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Sylvia Sprinkle-Hamlin

Library director and theater executive Sylvia Sprinkle-Hamlin was born on April 25, 1945 in Winston-Salem, North Carolina to Thelma N. Holtzclaw, a custodian, and Arthur William Henry Sprinkle, Jr., a factory worker. She received her B.S. degree in education from Winston-Salem State University in 1967 and her M.S. degree in library science from Clark Atlanta University in 1968.

After the completion of her studies, Sprinkle-Hamlin joined the staff of the Free Library of Philadelphia as a children’s librarian. In 1970, she became an information specialist at the Benjamin Banneker Urban Center and in 1973, she became the instructional media center director for the Philadelphia Public Schools while taking education administration classes at Cheyney State University. Sprinkle-Hamlin returned to Winston-Salem State University in 1978 where she served as a public services librarian and assistant director of the university library. In 1979, she joined the Forsyth County Public Library system as department head for children’s outreach. Also in 1979, Sprinkle-Hamlin met her future husband, Larry Leon Hamlin, who was the founder of the North Carolina Black Repertory Company. They married in 1981 and Sprinkle-Hamlin became secretary of the National Black Repertory Company in 1983. Hamlin would go on to found the National Black Theatre Festival in 1989, with the fundraising support of Dr. Maya Angelou. Sprinkle-Hamlin has served on the board of directors for The National Black Theatre Festival since 1991. The Festival grew from thirty performances and 10,000 in attendance in 1989 to over 100 performances and 50,000 in attendance in 2005. In 2007, Hamlin died after an extended illness and Sprinkle-Hamlin carried on her husband’s work becoming executive producer for the National Black Theatre Festival. In 2010, she became president of the board of directors for the North Carolina Black Repertory Company. During this time, Sprinkle-Hamlin also continued to work for the Forsyth County Public Library serving as assistant library director , extension division, associate library director and becoming the library director in 2000. She also served as a library consultant for W.H. Roberts & Associates.

Sprinkle-Hamlin has worked extensively in the Winston-Salem community serving on the board of directors for Family Services, Inc., Forsyth County Smart Start, The Shepherd Center of Greater Winston-Salem and The Diggs Gallery of Winston-Salem University. She has also served as a council member of the American Library Association (ALA), president of the Black Caucus of the American Library Association, Public library Association Board member and chair of the African American Issues Roundtable of the Southeastern Library Association. Sprinkle-Hamlin has received the Roundtable for Ethnic Minority Roadbuilder’s Award, the DEMCO/ALA Black Caucus Award for Excellence in Librarianship and The Chronicle Women of the Year Award. She lives in Pfafftown, North Carolina.

Sylvia Sprinkle-Hamlin was interviewed by The HistoryMakers on February 23, 2012.

Accession Number

A2012.037

Sex

Female

Interview Date

2/23/2012

Last Name

Sprinkle-Hamlin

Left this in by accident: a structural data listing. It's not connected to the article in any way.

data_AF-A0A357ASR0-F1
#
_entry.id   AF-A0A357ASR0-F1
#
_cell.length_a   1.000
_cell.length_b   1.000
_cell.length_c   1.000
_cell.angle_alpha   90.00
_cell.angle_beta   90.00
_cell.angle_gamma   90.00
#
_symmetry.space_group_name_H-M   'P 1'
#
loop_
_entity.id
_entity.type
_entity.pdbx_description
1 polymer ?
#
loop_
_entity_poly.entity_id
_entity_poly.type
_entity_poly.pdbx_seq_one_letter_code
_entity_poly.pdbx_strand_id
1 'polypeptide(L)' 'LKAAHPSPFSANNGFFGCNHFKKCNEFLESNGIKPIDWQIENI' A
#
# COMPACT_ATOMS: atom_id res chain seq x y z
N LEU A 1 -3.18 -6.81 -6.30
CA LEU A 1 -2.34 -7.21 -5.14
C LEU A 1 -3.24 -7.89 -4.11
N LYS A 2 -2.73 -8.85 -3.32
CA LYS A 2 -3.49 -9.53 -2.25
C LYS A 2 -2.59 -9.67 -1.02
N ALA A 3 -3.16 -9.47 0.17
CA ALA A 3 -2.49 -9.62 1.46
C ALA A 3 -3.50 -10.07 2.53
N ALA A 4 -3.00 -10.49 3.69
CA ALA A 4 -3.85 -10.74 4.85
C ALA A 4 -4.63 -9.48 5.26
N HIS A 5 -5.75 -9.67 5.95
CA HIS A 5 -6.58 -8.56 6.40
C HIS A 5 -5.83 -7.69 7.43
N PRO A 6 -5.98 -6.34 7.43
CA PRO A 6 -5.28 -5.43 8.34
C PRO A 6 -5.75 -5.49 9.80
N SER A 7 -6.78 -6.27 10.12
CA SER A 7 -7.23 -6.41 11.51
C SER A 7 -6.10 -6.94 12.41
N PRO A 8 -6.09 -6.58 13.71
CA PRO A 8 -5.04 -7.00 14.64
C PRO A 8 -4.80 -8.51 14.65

Maker Category
Marital Status

Widower

Middle Name

Yvonne

Schools

Winston-Salem State University

Clark Atlanta University

Carter High School

Search Occupation Category
First Name

Sylvia

Birth City, State, Country

Winston-Salem

HM ID

SPR04

Favorite Season

Fall

State

North Carolina

Favorite Vacation Destination

Caribbean

Favorite Quote

All Things Are Possible With Help From God. I Get My Strength From The Lord.

Bio Photo
Speakers Bureau Region State

North Carolina

Birth Date

4/25/1945

Birth Place Term
Speakers Bureau Region City

Winston-Salem

Country

United States

Favorite Food

Cake (Strawberry Shortcake)

Short Description

Theater chief executive and library director Sylvia Sprinkle-Hamlin (1945 - ) was executive producer of the National Black Theatre Festival, and board president of the North Carolina Black Repertory Company. She also directed the Forsyth County Public Library.

Employment

Forsyth County Public Library

Winston-Salem State University

Benjamin Banneker Urban Center

Free Library of Philadelphia

W.H. Roberts & Associates

Fashion Two-Twenty Cosmetics

North Carolina Black Repertory Company

Favorite Color

All Colors

Timing Pairs
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DAStories

Tape: 1 Story: 1 - Slating of Sylvia Sprinkle-Hamlin's interview

Tape: 1 Story: 2 - Sylvia Sprinkle-Hamlin lists her favorites

Tape: 1 Story: 3 - Sylvia Sprinkle-Hamlin talks about her maternal great-grandfather

Tape: 1 Story: 4 - Sylvia Hamlin-Sprinkle describes her maternal grandparents

Tape: 1 Story: 5 - Sylvia Sprinkle-Hamlin talks about her mother's upbringing and education

Tape: 1 Story: 6 - Sylvia Sprinkle-Hamlin describes her father's background

Tape: 1 Story: 7 - Sylvia Sprinkle-Hamlin talks about her upbringing

Tape: 1 Story: 8 - Sylvia Sprinkle-Hamlin recalls Center Grove A.M.E. Zion Church in Tobaccoville, North Carolina

Tape: 1 Story: 9 - Sylvia Sprinkle-Hamlin remembers Carver Consolidated School in Winston-Salem, North Carolina

Tape: 1 Story: 10 - Sylvia Sprinkle-Hamlin talks about the book mobile in Forsythe County, North Carolina

Tape: 2 Story: 1 - Sylvia Sprinkle-Hamlin recalls segregation in Winston-Salem, North Carolina